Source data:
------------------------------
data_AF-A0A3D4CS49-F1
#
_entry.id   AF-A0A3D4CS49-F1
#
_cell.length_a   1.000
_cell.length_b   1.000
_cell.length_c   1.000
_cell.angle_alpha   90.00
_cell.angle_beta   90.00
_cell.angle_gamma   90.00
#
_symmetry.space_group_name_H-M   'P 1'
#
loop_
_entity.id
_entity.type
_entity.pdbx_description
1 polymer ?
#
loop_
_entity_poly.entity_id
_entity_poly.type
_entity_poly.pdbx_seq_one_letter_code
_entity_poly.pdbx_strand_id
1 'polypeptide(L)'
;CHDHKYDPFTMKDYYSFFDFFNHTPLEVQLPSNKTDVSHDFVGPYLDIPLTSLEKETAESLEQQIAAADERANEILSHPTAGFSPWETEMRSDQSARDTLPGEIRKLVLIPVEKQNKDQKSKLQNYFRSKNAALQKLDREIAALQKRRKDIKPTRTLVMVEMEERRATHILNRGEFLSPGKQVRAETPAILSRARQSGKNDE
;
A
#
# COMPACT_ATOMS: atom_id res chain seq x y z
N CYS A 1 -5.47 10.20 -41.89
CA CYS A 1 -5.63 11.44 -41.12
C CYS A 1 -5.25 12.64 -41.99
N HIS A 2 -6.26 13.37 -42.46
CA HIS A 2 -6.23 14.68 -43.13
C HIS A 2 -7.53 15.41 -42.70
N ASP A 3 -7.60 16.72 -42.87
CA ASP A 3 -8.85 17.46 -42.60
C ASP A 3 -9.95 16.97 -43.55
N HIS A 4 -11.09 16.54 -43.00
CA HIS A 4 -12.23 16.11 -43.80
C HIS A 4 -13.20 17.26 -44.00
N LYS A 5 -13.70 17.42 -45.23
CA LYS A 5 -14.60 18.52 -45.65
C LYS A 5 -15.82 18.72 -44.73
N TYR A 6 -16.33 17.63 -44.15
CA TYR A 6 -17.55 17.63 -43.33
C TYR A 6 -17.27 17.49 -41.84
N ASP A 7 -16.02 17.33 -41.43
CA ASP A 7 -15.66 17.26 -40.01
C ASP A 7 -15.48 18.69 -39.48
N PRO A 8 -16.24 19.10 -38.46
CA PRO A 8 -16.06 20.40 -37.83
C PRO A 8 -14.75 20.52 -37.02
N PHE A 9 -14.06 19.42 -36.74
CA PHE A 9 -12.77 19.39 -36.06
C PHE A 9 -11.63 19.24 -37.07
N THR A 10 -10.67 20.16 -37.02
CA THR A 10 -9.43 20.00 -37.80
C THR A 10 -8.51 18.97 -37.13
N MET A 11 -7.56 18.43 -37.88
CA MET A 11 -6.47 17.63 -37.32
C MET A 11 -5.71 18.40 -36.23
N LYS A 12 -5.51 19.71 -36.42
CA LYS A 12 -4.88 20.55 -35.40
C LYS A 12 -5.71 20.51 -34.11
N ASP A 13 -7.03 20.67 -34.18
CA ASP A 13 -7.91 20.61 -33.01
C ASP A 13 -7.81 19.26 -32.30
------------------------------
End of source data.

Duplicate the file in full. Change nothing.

data_AF-A0A3D4CS49-F1
#
_entry.id   AF-A0A3D4CS49-F1
#
_cell.length_a   1.000
_cell.length_b   1.000
_cell.length_c   1.000
_cell.angle_alpha   90.00
_cell.angle_beta   90.00
_cell.angle_gamma   90.00
#
_symmetry.space_group_name_H-M   'P 1'
#
loop_
_entity.id
_entity.type
_entity.pdbx_description
1 polymer ?
#
loop_
_entity_poly.entity_id
_entity_poly.type
_entity_poly.pdbx_seq_one_letter_code
_entity_poly.pdbx_strand_id
1 'polypeptide(L)'
;CHDHKYDPFTMKDYYSFFDFFNHTPLEVQLPSNKTDVSHDFVGPYLDIPLTSLEKETAESLEQQIAAADERANEILSHPTAGFSPWETEMRSDQSARDTLPGEIRKLVLIPVEKQNKDQKSKLQNYFRSKNAALQKLDREIAALQKRRKDIKPTRTLVMVEMEERRATHILNRGEFLSPGKQVRAETPAILSRARQSGKNDE
;
A
#
# COMPACT_ATOMS: atom_id res chain seq x y z
N CYS A 1 -5.47 10.20 -41.89
CA CYS A 1 -5.63 11.44 -41.12
C CYS A 1 -5.25 12.64 -41.99
N HIS A 2 -6.26 13.37 -42.46
CA HIS A 2 -6.23 14.68 -43.13
C HIS A 2 -7.53 15.41 -42.70
N ASP A 3 -7.60 16.72 -42.87
CA ASP A 3 -8.85 17.46 -42.60
C ASP A 3 -9.95 16.97 -43.55
N HIS A 4 -11.09 16.54 -43.00
CA HIS A 4 -12.23 16.11 -43.80
C HIS A 4 -13.20 17.26 -44.00
N LYS A 5 -13.70 17.42 -45.23
CA LYS A 5 -14.60 18.52 -45.65
C LYS A 5 -15.82 18.72 -44.73
N TYR A 6 -16.33 17.63 -44.15
CA TYR A 6 -17.55 17.63 -43.33
C TYR A 6 -17.27 17.49 -41.84
N ASP A 7 -16.02 17.33 -41.43
CA ASP A 7 -15.66 17.26 -40.01
C ASP A 7 -15.48 18.69 -39.48
N PRO A 8 -16.24 19.10 -38.46
CA PRO A 8 -16.06 20.40 -37.83
C PRO A 8 -14.75 20.52 -37.02
N PHE A 9 -14.06 19.42 -36.74
CA PHE A 9 -12.77 19.39 -36.06
C PHE A 9 -11.63 19.24 -37.07
N THR A 10 -10.67 20.16 -37.02
CA THR A 10 -9.43 20.00 -37.80
C THR A 10 -8.51 18.97 -37.13
N MET A 11 -7.56 18.43 -37.88
CA MET A 11 -6.47 17.63 -37.32
C MET A 11 -5.71 18.40 -36.23
N LYS A 12 -5.51 19.71 -36.42
CA LYS A 12 -4.88 20.55 -35.40
C LYS A 12 -5.71 20.51 -34.11
N ASP A 13 -7.03 20.67 -34.18
CA ASP A 13 -7.91 20.61 -33.01
C ASP A 13 -7.81 19.26 -32.30